While lasers used for welding are in the 100 W to 400 W range, lasers currently used for powder fusion are in the 1kW to 5 kW range — 10 to 12 times more powerful — and are usually the single most expensive component of a system.
Another important component of a laser powder fusion system is the software that controls the laser's toolpath. The toolpath usually is determined by slicing a CAD design into layers and then programming the laser to build up material layer by layer. However, some applications require more sophisticated software.
"The turbine blades we repair are no longer anywhere near the shape of their original CAD file," said Roger Hayes, president of Huffman Corporation. "So we reverse engineer every blade. Our vision system scans the blade, compares it to the original CAD shape, and then develops a unique toolpath for the laser based on the net difference in that specific blade. It only takes about a second for the software to calculate the toolpath and then we can begin to weld. It took us a long time to develop the vision and reverse engineering system, but it was necessary because of the very complex shapes we are always dealing with."
Companies interested in using this emerging technology have three options: hire one of those four companies to do the work on a service bureau basis; buy a system from one of those companies and do the work in-house; or develop their own proprietary system. Developing a proprietary system is not for the faint of heart.
"Knowing exactly how to do this process is more important that just having a machine," said Hayes. "We could give a machine to someone and they could spend the next 10 years working with it and still not get it right."
When a system is adjusted properly it can produce quality work 24/7, but getting it adjusted can take some time. The Anniston Army Depot took delivery of its second Optomec system in January, and even though it has more than two years of heavy production experience with the first machine it was still working on getting that second machine adjusted four months later. That is not an unusual experience because of the complexity involved in getting a specific process to run perfectly.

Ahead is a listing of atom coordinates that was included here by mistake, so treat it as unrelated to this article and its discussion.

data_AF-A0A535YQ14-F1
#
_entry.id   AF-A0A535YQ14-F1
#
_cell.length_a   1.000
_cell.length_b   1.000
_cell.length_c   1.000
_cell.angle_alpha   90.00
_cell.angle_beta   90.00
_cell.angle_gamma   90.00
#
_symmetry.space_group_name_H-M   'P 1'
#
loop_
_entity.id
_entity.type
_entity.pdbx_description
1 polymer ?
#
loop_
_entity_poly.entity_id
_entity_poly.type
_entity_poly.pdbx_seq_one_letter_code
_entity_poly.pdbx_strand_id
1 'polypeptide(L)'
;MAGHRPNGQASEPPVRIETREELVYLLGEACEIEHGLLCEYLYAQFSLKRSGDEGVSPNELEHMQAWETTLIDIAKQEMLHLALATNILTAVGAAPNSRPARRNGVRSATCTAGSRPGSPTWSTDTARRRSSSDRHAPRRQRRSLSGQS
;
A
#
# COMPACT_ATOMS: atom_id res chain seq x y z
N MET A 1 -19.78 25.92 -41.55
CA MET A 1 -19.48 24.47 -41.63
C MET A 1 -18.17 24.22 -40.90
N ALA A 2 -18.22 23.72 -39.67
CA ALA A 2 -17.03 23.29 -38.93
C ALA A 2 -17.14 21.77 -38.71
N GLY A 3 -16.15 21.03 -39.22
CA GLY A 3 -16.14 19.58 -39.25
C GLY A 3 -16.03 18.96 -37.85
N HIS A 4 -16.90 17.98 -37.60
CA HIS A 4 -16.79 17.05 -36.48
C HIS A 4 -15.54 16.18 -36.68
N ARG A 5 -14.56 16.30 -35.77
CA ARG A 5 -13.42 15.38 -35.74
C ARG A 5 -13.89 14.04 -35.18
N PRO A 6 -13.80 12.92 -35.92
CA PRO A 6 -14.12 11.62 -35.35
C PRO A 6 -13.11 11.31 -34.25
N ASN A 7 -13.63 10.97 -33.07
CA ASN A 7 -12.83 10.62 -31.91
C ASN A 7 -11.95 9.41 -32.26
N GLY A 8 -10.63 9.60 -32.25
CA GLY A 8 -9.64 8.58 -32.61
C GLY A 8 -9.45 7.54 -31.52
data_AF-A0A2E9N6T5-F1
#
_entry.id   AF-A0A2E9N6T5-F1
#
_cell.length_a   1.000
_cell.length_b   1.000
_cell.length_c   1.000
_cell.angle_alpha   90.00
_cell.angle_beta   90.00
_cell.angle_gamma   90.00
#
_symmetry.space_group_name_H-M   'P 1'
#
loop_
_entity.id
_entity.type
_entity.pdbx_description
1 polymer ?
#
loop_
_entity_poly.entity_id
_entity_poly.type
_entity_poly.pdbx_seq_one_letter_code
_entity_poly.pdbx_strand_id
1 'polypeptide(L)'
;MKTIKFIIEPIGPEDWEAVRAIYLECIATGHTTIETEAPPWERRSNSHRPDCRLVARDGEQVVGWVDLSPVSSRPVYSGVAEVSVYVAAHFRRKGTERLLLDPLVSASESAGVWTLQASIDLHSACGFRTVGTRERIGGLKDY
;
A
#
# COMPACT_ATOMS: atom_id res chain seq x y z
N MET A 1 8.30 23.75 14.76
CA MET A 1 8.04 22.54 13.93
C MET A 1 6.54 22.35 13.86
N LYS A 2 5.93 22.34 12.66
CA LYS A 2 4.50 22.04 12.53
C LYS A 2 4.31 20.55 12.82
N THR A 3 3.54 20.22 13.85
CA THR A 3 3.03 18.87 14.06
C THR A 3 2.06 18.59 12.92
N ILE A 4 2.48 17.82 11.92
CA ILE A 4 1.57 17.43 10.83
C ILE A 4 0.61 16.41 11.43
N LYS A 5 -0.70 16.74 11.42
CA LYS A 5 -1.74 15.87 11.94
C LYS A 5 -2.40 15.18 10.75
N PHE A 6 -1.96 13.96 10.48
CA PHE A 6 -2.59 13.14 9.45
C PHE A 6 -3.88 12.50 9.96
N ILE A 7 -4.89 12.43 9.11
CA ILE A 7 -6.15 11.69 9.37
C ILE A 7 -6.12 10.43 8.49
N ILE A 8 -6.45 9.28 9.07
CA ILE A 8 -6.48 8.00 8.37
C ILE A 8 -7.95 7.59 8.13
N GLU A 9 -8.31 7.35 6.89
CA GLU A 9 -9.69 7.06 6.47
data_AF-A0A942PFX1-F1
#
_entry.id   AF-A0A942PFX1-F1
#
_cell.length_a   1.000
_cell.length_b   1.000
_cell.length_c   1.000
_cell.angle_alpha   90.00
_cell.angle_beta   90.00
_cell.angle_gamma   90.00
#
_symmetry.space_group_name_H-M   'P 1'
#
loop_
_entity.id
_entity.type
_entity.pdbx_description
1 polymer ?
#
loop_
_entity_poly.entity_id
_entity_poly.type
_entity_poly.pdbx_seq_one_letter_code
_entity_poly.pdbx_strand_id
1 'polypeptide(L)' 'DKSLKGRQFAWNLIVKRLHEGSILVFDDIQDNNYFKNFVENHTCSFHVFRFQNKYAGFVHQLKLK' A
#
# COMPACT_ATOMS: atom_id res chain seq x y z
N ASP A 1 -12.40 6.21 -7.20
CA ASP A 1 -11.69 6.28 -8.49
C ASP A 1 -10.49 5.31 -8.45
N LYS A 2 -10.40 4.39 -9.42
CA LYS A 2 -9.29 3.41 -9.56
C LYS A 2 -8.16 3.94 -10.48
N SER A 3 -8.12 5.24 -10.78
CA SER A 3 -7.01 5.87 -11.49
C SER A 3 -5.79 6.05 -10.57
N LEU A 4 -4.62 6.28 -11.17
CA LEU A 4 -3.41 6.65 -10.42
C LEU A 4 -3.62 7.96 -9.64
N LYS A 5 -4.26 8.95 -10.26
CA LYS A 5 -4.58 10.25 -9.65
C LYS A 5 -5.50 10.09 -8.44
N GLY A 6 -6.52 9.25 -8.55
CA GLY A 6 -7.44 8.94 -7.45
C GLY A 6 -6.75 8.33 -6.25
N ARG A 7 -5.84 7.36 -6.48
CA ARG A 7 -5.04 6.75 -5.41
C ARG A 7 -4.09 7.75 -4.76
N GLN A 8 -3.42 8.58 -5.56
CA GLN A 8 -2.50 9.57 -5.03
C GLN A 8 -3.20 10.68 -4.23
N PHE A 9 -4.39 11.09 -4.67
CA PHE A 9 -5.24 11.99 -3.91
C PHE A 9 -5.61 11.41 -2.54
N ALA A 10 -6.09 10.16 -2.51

When a customer buys a system, they are not just buying a machine and software. Each company works with its customers to develop the process needed to produce the customer's parts. Often the company will install the system at the customer's site and work with it to perfect the process so that when the customer signs off on the system all they have to do is push the button and start producing finished parts.
These dedicated laser powder fusion systems currently sell for $400,000 to $1,400,000, but a recent product release by IPG Photonics may help bring the cost of those systems down.
IPG has released a beam splitter for its fiber lasers. This device allows several laser-driven systems to be run simultaneously from the same laser. It is now possible to run laser cutters, laser welders and laser powder fusion systems all at the same time from just one fiber laser by running fiber optic cables from the laser to the various machines. This would allow the high cost of the laser to be spread over several machines instead of requiring a dedicated laser for each machine.
This technology is far from mature, but it is developing into a unique tool that can enable moldmakers, mold repairers and others to cost-effectively solve machining problems that have, until now, been too expensive or simply impossible to solve before.